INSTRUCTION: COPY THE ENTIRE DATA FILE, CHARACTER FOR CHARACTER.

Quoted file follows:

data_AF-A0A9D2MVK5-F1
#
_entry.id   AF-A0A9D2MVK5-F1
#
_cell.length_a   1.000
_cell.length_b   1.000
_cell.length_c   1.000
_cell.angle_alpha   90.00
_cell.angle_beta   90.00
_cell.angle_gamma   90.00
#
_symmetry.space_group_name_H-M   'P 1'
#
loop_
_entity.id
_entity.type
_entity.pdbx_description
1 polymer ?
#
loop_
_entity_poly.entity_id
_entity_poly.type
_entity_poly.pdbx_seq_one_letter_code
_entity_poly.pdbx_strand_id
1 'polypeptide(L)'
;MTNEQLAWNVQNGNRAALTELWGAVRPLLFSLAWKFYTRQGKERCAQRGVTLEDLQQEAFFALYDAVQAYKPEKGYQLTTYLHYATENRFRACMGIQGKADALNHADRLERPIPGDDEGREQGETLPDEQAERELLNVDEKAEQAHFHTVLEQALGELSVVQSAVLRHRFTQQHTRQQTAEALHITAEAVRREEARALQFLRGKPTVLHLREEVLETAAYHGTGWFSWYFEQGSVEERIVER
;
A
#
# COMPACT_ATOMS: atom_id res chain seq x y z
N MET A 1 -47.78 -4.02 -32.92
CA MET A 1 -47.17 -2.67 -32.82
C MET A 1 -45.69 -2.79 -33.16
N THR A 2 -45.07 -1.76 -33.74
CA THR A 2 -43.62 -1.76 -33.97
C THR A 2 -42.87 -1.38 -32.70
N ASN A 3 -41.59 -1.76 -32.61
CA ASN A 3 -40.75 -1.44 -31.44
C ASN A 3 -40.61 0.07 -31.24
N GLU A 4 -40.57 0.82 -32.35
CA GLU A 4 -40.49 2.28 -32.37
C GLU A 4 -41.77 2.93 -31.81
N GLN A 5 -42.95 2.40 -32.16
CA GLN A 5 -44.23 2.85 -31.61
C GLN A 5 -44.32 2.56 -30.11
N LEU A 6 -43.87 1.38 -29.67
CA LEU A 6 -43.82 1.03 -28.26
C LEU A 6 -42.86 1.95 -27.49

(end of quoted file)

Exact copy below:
data_AF-A0A9D2MVK5-F1
#
_entry.id   AF-A0A9D2MVK5-F1
#
_cell.length_a   1.000
_cell.length_b   1.000
_cell.length_c   1.000
_cell.angle_alpha   90.00
_cell.angle_beta   90.00
_cell.angle_gamma   90.00
#
_symmetry.space_group_name_H-M   'P 1'
#
loop_
_entity.id
_entity.type
_entity.pdbx_description
1 polymer ?
#
loop_
_entity_poly.entity_id
_entity_poly.type
_entity_poly.pdbx_seq_one_letter_code
_entity_poly.pdbx_strand_id
1 'polypeptide(L)'
;MTNEQLAWNVQNGNRAALTELWGAVRPLLFSLAWKFYTRQGKERCAQRGVTLEDLQQEAFFALYDAVQAYKPEKGYQLTTYLHYATENRFRACMGIQGKADALNHADRLERPIPGDDEGREQGETLPDEQAERELLNVDEKAEQAHFHTVLEQALGELSVVQSAVLRHRFTQQHTRQQTAEALHITAEAVRREEARALQFLRGKPTVLHLREEVLETAAYHGTGWFSWYFEQGSVEERIVER
;
A
#
# COMPACT_ATOMS: atom_id res chain seq x y z
N MET A 1 -47.78 -4.02 -32.92
CA MET A 1 -47.17 -2.67 -32.82
C MET A 1 -45.69 -2.79 -33.16
N THR A 2 -45.07 -1.76 -33.74
CA THR A 2 -43.62 -1.76 -33.97
C THR A 2 -42.87 -1.38 -32.70
N ASN A 3 -41.59 -1.76 -32.61
CA ASN A 3 -40.75 -1.44 -31.44
C ASN A 3 -40.61 0.07 -31.24
N GLU A 4 -40.57 0.82 -32.35
CA GLU A 4 -40.49 2.28 -32.37
C GLU A 4 -41.77 2.93 -31.81
N GLN A 5 -42.95 2.40 -32.16
CA GLN A 5 -44.23 2.85 -31.61
C GLN A 5 -44.32 2.56 -30.11
N LEU A 6 -43.87 1.38 -29.67
CA LEU A 6 -43.82 1.03 -28.26
C LEU A 6 -42.86 1.95 -27.49